Until Ron Paul is president, don't forget to report your tip income
Saturday, February 04, 2012
It's a big day in the Silver State. Nevada voters are caucusing to determine how the state's 28 delegates will be apportioned among the Republican presidential candidate hopefuls.
Rep. Ron Paul is popular in this western state. The Texas Republican's Libertarian leanings helped him finish second in the Nevada caucuses four years ago, besting eventual GOP nominee John McCain.
The road is a little tougher this time. Paul is trailing not only Mitt Romney, who won Nevada in 2008, but also Newt Gingrich.
But the 76-year-old candidate is undaunted and doing his darnedest to court Nevada voters. One of Paul's tax proposals is tailor made for many workers in the state: eliminate taxes on tips.
A lot of Nevadans work in the tourist industry. And nearly 20 percent of them regularly pocket gratuities.
So it was not surprising that Paul's call for no taxes on tips was greeted with cheers from a crowd at a Las Vegas campaign stop last week.
The gambling mecca is full of hotel, casino, restaurant, spa, car service and other professions in which workers rely on tip income.
But until their candidate makes it into the Oval Office, today's Daily Tax Tip -- for Ron Paul supporters and all others who receive gratuities -- is to report that tip income.
When you get more than $20 in tips in a month, you are supposed to report the amount to your employer by the 10th of the following month.
IRS Publication 1244 provides record keeping material for tip recipients. IRS Publication 531 has more details on taxation of tips.
Special tax reporting for restaurant tips: Since tips are most common in the food industry, over the years the IRS has established several voluntary tip reporting compliance programs.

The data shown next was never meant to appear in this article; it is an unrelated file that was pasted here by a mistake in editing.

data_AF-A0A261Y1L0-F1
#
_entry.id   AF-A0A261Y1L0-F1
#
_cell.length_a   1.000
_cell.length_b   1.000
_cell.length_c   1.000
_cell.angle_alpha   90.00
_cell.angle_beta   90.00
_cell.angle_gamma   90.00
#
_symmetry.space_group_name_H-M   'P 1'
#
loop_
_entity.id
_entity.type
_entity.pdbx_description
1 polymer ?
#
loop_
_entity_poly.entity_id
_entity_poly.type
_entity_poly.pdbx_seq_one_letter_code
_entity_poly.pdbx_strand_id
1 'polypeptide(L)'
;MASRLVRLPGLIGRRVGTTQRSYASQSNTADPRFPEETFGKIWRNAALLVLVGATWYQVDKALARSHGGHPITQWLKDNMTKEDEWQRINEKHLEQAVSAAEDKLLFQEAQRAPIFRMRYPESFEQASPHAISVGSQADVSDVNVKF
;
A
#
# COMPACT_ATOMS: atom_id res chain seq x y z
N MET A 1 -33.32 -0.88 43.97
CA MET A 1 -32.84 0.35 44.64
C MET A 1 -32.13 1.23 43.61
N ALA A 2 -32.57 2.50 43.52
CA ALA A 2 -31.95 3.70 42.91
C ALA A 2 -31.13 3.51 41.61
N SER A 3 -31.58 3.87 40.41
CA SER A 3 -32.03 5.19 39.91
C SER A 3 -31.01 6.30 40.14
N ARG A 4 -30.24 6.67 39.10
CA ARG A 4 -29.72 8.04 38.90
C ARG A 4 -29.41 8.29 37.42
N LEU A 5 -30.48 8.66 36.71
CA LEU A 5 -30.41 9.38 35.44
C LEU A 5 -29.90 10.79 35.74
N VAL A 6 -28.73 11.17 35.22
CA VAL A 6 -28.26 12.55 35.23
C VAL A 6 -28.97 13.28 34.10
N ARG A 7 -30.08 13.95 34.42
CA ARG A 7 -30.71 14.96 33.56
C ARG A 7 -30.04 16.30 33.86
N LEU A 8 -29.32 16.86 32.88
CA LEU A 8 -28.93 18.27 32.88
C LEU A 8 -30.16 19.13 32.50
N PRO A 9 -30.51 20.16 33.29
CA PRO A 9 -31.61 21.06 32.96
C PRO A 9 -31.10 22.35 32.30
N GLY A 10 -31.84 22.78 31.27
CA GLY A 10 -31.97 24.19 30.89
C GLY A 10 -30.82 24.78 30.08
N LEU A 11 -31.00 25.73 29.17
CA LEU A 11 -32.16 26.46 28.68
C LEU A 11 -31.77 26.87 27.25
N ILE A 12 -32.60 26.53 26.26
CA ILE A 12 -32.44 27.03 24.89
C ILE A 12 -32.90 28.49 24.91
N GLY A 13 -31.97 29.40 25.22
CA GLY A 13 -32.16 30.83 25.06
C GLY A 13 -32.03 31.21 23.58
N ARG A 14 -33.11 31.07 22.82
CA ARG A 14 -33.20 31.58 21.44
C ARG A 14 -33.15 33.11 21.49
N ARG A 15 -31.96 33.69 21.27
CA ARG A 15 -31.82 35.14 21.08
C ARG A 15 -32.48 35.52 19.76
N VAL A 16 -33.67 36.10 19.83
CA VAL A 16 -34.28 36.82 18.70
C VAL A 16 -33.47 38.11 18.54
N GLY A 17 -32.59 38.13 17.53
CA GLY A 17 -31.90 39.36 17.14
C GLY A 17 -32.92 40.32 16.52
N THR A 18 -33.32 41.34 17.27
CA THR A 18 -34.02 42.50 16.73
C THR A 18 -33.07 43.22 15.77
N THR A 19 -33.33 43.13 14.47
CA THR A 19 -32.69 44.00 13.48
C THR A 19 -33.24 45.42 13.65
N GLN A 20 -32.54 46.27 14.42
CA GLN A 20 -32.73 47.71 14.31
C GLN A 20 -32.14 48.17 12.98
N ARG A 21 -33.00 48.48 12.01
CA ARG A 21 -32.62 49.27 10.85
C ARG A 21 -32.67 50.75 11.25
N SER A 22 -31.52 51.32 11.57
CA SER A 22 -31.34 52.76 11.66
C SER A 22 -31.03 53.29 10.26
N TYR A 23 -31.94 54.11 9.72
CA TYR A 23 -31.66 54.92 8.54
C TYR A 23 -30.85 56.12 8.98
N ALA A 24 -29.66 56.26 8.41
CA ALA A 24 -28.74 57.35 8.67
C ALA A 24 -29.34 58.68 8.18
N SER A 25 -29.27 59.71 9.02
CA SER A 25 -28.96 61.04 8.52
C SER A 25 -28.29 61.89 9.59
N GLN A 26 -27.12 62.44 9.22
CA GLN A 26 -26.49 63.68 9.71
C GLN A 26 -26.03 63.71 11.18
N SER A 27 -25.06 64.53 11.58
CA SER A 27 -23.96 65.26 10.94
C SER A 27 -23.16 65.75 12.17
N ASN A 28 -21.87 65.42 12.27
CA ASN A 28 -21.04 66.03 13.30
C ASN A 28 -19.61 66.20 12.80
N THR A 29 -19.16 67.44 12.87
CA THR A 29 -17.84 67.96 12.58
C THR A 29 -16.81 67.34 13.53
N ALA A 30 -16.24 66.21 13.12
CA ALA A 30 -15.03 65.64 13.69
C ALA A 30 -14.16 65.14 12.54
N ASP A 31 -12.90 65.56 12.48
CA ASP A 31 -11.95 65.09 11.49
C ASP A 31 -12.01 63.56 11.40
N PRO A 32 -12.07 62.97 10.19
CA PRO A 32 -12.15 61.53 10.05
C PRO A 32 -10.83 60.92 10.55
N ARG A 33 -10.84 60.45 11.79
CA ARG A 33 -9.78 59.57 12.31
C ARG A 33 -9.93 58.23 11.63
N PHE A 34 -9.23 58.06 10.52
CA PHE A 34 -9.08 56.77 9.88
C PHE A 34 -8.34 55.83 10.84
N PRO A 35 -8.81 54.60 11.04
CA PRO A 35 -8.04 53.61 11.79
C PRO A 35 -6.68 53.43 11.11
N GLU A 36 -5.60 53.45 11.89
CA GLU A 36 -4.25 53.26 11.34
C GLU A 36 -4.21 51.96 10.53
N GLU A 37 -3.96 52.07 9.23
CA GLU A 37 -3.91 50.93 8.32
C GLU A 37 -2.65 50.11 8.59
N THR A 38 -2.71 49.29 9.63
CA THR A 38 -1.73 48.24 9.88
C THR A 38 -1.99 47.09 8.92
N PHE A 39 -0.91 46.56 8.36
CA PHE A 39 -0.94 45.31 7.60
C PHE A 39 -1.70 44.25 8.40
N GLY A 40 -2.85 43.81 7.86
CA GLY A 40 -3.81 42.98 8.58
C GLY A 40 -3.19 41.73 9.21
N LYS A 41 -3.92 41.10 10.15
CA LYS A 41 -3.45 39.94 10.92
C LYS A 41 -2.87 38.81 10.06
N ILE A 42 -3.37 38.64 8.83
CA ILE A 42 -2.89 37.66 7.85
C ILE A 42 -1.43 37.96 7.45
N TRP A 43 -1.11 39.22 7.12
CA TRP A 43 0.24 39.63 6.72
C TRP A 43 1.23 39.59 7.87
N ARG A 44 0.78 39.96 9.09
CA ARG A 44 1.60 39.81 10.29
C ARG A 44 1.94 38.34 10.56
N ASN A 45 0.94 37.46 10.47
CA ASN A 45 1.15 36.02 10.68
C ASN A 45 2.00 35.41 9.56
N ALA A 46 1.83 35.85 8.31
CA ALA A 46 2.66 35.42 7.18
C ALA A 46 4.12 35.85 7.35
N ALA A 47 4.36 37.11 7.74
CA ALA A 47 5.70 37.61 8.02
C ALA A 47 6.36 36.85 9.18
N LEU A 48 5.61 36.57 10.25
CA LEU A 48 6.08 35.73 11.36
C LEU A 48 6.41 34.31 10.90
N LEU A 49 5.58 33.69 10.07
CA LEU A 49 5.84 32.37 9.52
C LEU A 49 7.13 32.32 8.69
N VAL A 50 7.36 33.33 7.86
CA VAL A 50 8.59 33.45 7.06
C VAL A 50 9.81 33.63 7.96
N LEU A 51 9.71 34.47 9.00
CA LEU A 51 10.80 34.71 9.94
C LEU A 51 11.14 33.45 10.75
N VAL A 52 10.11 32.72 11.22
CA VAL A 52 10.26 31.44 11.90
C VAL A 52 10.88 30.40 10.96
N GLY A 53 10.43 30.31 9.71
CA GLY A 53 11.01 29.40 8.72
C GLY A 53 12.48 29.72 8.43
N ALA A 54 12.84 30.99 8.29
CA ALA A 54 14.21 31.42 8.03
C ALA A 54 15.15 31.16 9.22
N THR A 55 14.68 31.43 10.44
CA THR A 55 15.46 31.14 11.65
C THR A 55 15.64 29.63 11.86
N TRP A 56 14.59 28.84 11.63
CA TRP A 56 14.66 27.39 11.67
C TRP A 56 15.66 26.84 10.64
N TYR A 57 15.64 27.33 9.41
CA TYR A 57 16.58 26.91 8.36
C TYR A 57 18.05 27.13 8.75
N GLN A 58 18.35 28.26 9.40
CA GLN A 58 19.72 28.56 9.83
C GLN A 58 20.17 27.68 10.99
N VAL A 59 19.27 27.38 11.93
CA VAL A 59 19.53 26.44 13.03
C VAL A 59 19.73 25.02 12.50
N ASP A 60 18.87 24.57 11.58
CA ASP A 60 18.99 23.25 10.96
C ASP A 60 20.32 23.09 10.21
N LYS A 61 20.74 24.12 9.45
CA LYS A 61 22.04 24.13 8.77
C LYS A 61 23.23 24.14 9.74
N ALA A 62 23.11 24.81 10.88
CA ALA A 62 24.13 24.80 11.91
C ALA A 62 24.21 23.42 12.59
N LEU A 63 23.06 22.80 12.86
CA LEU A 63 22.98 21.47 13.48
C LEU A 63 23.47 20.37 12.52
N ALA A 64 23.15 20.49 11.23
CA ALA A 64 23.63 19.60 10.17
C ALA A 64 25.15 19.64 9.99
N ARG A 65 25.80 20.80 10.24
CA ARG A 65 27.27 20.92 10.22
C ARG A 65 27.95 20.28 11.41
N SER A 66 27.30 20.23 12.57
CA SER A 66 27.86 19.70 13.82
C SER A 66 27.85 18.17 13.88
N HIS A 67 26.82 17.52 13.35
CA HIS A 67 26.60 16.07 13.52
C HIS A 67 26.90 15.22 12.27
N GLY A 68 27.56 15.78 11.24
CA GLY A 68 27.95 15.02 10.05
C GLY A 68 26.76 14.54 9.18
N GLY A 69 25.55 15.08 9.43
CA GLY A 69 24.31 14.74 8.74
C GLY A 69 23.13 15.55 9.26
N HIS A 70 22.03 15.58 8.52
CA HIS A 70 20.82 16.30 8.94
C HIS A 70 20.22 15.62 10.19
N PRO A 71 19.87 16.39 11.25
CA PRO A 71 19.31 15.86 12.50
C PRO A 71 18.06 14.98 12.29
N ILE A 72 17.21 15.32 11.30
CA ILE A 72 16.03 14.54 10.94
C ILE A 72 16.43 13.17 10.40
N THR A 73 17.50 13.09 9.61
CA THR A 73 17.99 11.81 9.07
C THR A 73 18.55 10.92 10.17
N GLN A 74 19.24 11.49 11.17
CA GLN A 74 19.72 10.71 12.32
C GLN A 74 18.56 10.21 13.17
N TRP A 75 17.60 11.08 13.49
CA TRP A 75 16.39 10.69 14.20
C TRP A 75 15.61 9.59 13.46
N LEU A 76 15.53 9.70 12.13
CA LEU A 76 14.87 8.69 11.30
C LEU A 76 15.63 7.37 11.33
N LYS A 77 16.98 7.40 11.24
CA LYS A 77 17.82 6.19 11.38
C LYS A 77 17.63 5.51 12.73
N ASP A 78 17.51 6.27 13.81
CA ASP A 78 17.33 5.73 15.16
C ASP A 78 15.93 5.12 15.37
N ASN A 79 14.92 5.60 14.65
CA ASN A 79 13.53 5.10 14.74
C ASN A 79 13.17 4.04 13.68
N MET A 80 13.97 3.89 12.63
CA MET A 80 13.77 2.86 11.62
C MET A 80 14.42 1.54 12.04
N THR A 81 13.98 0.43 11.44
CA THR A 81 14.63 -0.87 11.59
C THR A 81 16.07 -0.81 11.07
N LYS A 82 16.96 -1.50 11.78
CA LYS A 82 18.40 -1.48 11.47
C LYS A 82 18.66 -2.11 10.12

The Attributed Tip Income Program (ATIP) ended on Dec. 31, 2011. But two other restaurant specific IRS programs, Tip Reporting Alternative Commitment (TRAC) and Tip Rate Determination Agreement (TRDA) are still in place.
More than food servers: While tips are common at restaurants, a few extra dollars are handed out to lots of different workers.
Bartenders, barristas, hairdressers and delivery people are just a few folks who regularly receive tips. Each December, the hubby makes sure to tip our sanitation workers. It's money well spent; a few weeks ago those guys carted away our old, heavy and unwieldy artificial Christmas tree without any complaint.
Like their food server et al colleagues, our trash and recycling crew members and everyone else who gets tips must report that income.
And don't forget that the value of non-cash tips also is considered income and subject to tax.
You also might find these items of interest:
- Labor Day largesse: $10,000 tip
- Saturday matinee: Waitress
- Tip income trips up Yankees' traveling secretary
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great article.. so wath is next?
Posted by: technology news | Sunday, February 05, 2012 at 06:24 PM